Ions in a Paul trap are highly isolated from their environment and yet readily controlled with high accuracy and precision. This rare combination has made Paul trapped ions a leading platform for research fields which rely on quality control and low noise: quantum information sciences and precision metrology. In this talk I’ll focus on an instance of the latter, but involving techniques from the former.
Isotope shifts (ISs), the isotope-dependent energy shifts of atomic energy levels, have long served as an important tool for studying nuclear and atomic structure. Recently, ISs have also been suggested as possible probes of beyond standard model (SM) physics: an additional fifth force that couples electrons to neutrons – such as would be mediated by some dark matter candidates - can alter electron energy levels in an isotope-dependent way. However, detection of these potentially minute effects demands an experimentally challenging precision of IS measurements.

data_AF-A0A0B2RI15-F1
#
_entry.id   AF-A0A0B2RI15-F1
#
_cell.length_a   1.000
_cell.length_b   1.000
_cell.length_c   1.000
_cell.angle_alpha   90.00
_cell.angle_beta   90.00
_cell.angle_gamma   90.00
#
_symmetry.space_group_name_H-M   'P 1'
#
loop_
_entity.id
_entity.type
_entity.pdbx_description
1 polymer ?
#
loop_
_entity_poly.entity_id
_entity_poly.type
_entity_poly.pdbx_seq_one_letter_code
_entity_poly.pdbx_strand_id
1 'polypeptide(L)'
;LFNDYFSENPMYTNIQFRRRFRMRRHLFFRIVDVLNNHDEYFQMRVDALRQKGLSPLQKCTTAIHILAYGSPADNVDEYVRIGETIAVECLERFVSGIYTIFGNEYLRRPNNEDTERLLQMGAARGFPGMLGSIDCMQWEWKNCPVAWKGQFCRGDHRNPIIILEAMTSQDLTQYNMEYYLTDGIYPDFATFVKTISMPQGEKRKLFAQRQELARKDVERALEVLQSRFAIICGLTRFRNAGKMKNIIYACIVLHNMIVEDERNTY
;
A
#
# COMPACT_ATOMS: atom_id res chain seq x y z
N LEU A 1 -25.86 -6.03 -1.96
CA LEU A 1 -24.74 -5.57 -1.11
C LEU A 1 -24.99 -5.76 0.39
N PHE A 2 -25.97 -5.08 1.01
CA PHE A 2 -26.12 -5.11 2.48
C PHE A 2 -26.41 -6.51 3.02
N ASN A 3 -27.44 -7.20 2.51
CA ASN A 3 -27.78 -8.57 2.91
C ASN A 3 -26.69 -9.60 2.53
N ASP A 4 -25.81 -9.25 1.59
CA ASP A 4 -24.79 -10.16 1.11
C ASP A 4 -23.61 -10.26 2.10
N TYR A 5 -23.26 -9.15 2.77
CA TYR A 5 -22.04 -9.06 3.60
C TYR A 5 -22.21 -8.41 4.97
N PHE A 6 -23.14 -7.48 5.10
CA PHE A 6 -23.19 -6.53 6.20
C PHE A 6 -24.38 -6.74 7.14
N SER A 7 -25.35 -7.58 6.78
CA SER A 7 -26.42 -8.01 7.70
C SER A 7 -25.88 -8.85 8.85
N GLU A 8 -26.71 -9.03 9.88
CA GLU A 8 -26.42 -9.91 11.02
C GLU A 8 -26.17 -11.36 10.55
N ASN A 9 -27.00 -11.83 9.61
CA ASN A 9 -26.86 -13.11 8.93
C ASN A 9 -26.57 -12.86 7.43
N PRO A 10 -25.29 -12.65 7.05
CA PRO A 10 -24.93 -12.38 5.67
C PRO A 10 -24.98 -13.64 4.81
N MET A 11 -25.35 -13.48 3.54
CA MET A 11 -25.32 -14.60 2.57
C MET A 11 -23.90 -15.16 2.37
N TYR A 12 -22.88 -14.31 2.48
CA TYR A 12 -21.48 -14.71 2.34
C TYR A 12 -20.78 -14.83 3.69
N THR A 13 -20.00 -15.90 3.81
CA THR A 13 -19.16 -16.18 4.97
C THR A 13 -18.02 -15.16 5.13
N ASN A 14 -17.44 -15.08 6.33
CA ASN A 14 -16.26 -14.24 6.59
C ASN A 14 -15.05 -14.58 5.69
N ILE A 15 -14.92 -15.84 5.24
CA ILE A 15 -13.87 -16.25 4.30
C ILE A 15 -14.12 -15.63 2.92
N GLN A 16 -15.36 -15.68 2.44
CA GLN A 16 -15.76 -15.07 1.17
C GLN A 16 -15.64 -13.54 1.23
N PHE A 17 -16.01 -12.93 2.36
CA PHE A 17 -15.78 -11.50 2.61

Our solution to this challenge is a simple scheme which we realized as a proof-of-principle. We trapped two isotopes (88Sr+ and 86Sr+ in our case) together in a Paul trap. With a quantum information protocol, we entangled the two isotopes and prepared them in a state which is invariant with respect to dominant noise sources yet evolves due to the IS itself (but the entanglement is not necessary). Using this scheme, we measured a ~570 MHz IS with a relative uncertainty of 10^(-11). Moreover, we (almost unintentionally) measured the IS of the orbital magnetic moment for our chosen transition. Our scheme will hopefully pave the way for meaningful probes of beyond SM physics in tabletop experiments and present a significant advantage wherever precision IS measurements are useful.